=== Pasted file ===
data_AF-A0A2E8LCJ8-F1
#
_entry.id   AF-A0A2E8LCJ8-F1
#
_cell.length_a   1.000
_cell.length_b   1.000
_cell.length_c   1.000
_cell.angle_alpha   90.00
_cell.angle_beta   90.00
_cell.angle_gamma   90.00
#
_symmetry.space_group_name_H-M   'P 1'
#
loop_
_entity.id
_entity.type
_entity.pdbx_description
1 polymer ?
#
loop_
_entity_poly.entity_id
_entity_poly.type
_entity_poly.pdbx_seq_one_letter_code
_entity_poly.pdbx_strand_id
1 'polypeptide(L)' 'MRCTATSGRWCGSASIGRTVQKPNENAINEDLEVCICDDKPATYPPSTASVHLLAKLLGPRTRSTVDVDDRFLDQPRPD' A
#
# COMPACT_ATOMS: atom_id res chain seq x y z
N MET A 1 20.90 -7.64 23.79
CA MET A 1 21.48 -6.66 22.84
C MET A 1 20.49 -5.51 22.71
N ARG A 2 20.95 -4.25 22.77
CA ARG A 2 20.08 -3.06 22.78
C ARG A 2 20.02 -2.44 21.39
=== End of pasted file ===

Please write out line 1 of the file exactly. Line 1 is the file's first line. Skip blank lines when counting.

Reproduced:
data_AF-A0A2E8LCJ8-F1